Undergraduate Students Collaborate on 2022 Winter Station Installation
Third year undergraduates Evan Fernandes, Kelvin Hoang, Alexandra (Alex) Winslow, Justin Lieberman & Ariel Weiss talk about what it's like working on their design build, S'Winter, a pavilion on display at Woodbine Beach until March 31st, led by Associate Professor Vincent Hui. The pavilion is part of a larger design competition, external link where groups of designers around the world build temporary winter art installations which incorporate existing lifeguard towers along Toronto's Kew and Woodbine Beaches.
You can find the team members on Instagram:
Ariel Weiss: @aerial_arch, external link
Justin Lieberman: @Justin_l.ca, external link
Alexandra Winslow: @alexwinslow_arch, external link
Evan Fernandes: @3vans14, external link
Kelvin Hoang: @kellvxn, external link
What kind of experiences at DAS did you draw upon for this project?
Alex and Justin:
We've been able to respond to this competition’s theme with something creative and innovative, and at the same time bring a level of practicality to the design and maintain a project schedule and budget. This kind of interdisciplinary approach is informed by our design studios, structures courses, and even our project management classes at DAS. We have a technical foundation that really helped us succeed from a conceptual, structural, and feasible standpoint.
We're so grateful for all the faculty members and workshop technicians that supported us, from the design phase to the prefabrication and the onsite construction phases of the project. The whole process was collaborative, we had a lot of interesting perspectives that we were able to integrate into our design.
What inspired the design concept and its final form?
Alex and Ariel:
The theme this year was resilience. Our design team was interested in innovative ways we could utilize summer objects in the wintertime - specifically towels and marine rope. We already wanted to reimagine the beachfront and lifeguard stations during the winter months, so we furthered this idea - taking inspiration from what was learned in Toronto Met’s summer camp program - and experimented with concrete-saturated towels as a cladding material. We were able to create some interesting shapes with variable openings. Once we put this together, we realized the opportunity to craft a dynamic experience where different apertures could control, harness, and emphasize certain aspects of surrounding natural forces. Bigger openings allowed for views out toward the water, while smaller openings encouraged snow to build up and mitigated wind. There is also an opportunity to control the amount of daylight that enters the pavilion. In many ways S'Winter acts as a shelter for the community where harsh winter conditions can be experienced.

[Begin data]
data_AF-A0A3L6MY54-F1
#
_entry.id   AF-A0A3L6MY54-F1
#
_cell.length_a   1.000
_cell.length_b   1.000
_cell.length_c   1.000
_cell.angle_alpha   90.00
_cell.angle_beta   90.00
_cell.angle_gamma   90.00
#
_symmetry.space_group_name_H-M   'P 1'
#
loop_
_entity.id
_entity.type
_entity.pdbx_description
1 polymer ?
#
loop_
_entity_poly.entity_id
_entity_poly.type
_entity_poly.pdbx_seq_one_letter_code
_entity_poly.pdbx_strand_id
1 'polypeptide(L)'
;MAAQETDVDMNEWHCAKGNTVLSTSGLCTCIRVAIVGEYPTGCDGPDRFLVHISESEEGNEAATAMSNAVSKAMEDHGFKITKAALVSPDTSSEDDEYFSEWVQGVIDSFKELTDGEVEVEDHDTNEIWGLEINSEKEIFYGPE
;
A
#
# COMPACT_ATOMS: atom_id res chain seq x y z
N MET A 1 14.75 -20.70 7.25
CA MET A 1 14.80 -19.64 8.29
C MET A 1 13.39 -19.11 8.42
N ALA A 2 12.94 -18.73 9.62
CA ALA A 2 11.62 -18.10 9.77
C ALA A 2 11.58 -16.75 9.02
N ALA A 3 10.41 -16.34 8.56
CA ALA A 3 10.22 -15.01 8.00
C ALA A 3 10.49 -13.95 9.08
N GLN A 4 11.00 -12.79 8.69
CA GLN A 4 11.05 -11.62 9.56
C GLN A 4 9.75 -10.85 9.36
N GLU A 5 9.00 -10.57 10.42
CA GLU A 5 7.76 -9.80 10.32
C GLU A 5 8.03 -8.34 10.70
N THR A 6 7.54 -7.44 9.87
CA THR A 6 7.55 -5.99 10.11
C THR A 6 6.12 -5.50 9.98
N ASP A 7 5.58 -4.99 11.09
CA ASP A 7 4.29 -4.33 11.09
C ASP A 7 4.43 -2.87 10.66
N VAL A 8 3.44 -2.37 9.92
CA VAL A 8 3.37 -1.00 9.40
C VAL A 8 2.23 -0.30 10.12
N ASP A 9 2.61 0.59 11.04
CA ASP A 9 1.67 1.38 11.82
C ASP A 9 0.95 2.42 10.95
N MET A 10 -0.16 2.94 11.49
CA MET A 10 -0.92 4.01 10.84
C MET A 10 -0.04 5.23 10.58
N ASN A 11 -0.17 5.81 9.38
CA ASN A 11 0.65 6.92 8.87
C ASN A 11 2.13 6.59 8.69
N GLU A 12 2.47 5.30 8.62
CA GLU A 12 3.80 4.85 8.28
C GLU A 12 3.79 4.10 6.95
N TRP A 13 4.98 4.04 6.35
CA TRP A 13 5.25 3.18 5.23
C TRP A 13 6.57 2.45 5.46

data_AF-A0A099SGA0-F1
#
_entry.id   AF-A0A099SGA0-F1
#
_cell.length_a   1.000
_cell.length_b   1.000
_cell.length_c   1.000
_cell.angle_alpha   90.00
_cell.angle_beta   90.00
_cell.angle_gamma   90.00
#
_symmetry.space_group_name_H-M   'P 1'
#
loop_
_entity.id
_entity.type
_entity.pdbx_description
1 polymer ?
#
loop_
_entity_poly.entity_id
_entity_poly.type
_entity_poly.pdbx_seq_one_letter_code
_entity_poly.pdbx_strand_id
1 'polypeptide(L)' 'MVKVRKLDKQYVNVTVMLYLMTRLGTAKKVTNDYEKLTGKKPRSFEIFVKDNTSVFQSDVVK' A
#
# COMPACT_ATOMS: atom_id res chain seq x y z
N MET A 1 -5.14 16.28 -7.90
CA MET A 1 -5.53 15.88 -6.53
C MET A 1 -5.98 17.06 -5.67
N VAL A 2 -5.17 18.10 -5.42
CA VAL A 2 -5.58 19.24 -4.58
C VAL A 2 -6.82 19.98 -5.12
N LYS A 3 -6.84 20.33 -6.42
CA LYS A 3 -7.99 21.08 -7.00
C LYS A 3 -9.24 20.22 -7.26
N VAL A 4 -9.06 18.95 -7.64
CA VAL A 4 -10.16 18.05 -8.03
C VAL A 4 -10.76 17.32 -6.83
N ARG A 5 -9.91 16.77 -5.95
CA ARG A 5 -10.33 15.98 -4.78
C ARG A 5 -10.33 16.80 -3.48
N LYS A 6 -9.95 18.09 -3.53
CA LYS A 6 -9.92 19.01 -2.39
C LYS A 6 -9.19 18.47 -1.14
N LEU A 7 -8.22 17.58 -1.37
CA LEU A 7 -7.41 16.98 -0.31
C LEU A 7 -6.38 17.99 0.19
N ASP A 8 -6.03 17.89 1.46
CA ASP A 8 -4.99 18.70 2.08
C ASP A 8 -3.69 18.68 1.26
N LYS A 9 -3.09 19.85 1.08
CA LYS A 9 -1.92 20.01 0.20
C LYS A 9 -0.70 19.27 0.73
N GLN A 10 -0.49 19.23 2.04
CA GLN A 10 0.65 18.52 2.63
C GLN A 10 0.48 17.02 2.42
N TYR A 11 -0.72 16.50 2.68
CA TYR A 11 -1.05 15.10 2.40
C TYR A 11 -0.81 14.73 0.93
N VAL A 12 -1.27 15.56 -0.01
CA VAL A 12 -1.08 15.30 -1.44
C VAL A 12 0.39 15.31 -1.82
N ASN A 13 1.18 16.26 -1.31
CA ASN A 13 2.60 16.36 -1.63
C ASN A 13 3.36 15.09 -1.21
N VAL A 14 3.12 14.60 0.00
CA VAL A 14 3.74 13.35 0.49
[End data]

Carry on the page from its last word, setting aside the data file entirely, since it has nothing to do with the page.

Can you speak to the importance of entering into competitions which are collaborative and involve design-builds?
I think entering design-build competitions is fundamental to developing relevant skills in the field of design and construction. This experience provided me with the opportunity to work with others in a physical and collaborative environment. Collaboration is so important in the architectural field, both in terms of learning to work as part of a team as well as building on architectural skills by exchanging ideas with colleagues. Working on a project from beginning to end means we get to understand how our concepts manifest themselves in the built environment. This process is critical; it's given students insight into the construction and labour needed to test our ideas out in the real world. We also gain a hands-on approach and understanding of fabrication. CNC machines, saws, and other construction tools are used. We can engage with our design in a raw, material way.
What did it feel like to have your design materialize in the real world?
The process of seeing a project evolve from beginning to end brings a sense of joy and fulfillment to me. Collaboration is a part of that: we gained invaluable hands-on experience in the design and construction process. Putting long hours into both the design and fabrication process really pays off when it all comes together in the final build. Watching the community experience our design, whether it's kids looking through the casted panels, or families walking under the pavilion, is unreal and so rewarding: it's been an unforgettable experience!
How did your knowledge of fabrication inform the design of the structure? What was the design ideation process like knowing you would be building this in real life?
Kelvin and Ariel:
We knew we wanted to create a structure that would be best optimised for assembling quickly on a cold beachfront. We used an Aa egg-crate plywood structure because CNC-cut members could simply be fitted into one another and then screwed together. The experimental nature of the concrete textile pavilion called for a high degree of design to fabrication iteration. With over 130 different elements of cladding, lots of thought had to go into designing elements for flexibility.